Passover is about sharing your faith with your family. One of the treasures in my heart is that a tradition that I started alone while I was a single girl in College, is now shared with my husband and my children. I remember the toast that my husband said "Next year in Jerusalem!" the pre-Easter of 2002. He said that toast with such joy and hope a few weeks before he finished graduate school.
Today we were coming home from buying the lamb for Passover. My 10 year old son Alex said in the, "Now guys, we have to put the lamb's blood on the door so that I get to save my life!"
We'd played April Fool's Day Tricks on each other all day. I shrugged my shoulders and said "Oh, Alex, we don't need to bother with that part anymore."
"This year, John is here. We now have an extra boy in case you go."
There was a second of pause. Then I said "April Fool's Day! Alex, you are irreplaceable to us!"
My son let me tickle his hair. Then five of us let out this beautiful laugh in the car. "This year, John is here!" For the first time in 10 years Alex won't be the only son at the Passover table. The gift of Baby John is amazing. We finally had a son who lived. It's the yearly tradition of Passover that lets us all take those mental snapshots and rejoice in the changes of our family.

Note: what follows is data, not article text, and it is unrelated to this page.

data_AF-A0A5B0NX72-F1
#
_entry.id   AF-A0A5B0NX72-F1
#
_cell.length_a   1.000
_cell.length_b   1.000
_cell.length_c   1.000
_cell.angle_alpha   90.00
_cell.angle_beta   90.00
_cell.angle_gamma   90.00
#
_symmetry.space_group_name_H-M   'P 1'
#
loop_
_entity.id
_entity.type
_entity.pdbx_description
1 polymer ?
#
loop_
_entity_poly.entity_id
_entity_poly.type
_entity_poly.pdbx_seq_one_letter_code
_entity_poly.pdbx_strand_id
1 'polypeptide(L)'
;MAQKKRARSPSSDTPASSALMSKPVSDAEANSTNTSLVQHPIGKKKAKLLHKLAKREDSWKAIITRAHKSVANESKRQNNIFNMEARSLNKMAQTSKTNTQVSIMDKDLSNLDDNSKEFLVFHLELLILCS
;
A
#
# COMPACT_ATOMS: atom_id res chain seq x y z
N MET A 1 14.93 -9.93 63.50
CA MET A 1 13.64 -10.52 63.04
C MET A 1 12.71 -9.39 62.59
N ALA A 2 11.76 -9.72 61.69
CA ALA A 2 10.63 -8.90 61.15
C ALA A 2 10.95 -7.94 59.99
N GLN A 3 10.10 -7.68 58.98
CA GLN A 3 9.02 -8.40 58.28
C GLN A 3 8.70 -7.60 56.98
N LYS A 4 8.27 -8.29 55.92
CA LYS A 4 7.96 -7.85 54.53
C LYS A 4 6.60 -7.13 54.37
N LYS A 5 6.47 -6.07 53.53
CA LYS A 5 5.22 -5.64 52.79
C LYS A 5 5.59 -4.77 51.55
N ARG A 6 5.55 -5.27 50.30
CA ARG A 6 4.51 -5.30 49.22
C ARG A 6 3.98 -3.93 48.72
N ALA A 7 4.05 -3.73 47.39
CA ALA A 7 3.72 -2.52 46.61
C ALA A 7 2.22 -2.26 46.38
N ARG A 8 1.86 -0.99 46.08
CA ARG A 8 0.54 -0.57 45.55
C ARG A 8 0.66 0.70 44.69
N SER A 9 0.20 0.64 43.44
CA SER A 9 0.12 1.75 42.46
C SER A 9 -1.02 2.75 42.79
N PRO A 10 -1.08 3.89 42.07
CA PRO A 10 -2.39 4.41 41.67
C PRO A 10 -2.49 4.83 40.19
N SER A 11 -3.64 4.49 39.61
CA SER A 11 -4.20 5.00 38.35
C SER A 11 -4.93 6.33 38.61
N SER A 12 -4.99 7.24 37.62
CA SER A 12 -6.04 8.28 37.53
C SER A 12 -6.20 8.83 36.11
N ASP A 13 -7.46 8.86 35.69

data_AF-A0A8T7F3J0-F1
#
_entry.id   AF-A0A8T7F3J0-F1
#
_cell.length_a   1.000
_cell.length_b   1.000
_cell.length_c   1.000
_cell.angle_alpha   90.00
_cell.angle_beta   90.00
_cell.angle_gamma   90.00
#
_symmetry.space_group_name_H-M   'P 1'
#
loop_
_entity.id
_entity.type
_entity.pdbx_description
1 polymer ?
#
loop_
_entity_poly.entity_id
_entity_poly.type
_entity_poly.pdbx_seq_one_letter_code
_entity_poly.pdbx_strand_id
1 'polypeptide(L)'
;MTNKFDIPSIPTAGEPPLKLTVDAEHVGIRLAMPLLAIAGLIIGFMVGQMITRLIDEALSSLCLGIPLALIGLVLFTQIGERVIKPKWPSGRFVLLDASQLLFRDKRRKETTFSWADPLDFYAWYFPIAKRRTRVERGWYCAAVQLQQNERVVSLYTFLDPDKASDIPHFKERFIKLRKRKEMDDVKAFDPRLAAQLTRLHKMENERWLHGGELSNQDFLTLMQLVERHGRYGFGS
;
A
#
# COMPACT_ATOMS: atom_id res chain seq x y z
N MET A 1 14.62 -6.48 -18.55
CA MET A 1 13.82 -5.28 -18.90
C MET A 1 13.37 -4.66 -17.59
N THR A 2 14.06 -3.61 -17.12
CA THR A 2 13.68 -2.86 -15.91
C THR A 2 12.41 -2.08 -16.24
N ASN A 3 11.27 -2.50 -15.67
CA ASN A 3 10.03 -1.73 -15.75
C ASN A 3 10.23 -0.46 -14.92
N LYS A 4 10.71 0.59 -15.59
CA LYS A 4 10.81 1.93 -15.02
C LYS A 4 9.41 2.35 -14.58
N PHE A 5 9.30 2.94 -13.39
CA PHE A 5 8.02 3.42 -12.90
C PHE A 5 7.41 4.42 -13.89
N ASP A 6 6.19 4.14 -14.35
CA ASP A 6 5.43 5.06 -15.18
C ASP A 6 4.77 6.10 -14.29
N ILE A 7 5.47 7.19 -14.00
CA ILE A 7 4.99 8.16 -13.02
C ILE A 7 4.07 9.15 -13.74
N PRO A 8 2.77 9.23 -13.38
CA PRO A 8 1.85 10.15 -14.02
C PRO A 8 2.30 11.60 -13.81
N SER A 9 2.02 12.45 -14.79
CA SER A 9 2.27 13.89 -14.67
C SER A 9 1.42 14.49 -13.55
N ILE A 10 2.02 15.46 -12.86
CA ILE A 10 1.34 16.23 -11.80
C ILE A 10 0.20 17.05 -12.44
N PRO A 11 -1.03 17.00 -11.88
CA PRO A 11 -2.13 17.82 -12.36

I like to feed my kids Scripture at the dinner table. Either Jon or I read a short passage from the Bible while the family is eating dinner. Then we usually talk about it. (This way of hearing Scripture is a Carmelite tradition, but it is also very practical. When small kids are chewing, they are more likely to sit still and less likely to interrupt. I also like the image of feeding my kids physically and spiritually at the same time.)
Last night we read about the Last Supper from Matthew. "And he reclined at table." I took a second out to explain that in Ancient Roman times people sat on couches when they ate dinner. My almost First Communion Recipient said "Mom, the picture is wrong!" She meant the Leonardo da Vinici painting of the Last Supper. I told her that she was right! That painting was made by an artist almost 1500 years after the Last Supper and his best guess about the table wasn't very accurate. We also talked about how silly it was to have all 13 guests sit on only one side of the table. Maria and I decided to look it up today and draw our own version of the Last Supper.
In my 7 year old's eyes, this image for the Last Supper is wrong.
This image for the Last Supper is right.
Today we will celebrate the Last Supper with a Christian Seder at home. I hope to go pray at Adoration tonight. We have lonely Good Friday, and quiet Easter Saturday, and then the joy of Easter Vigil.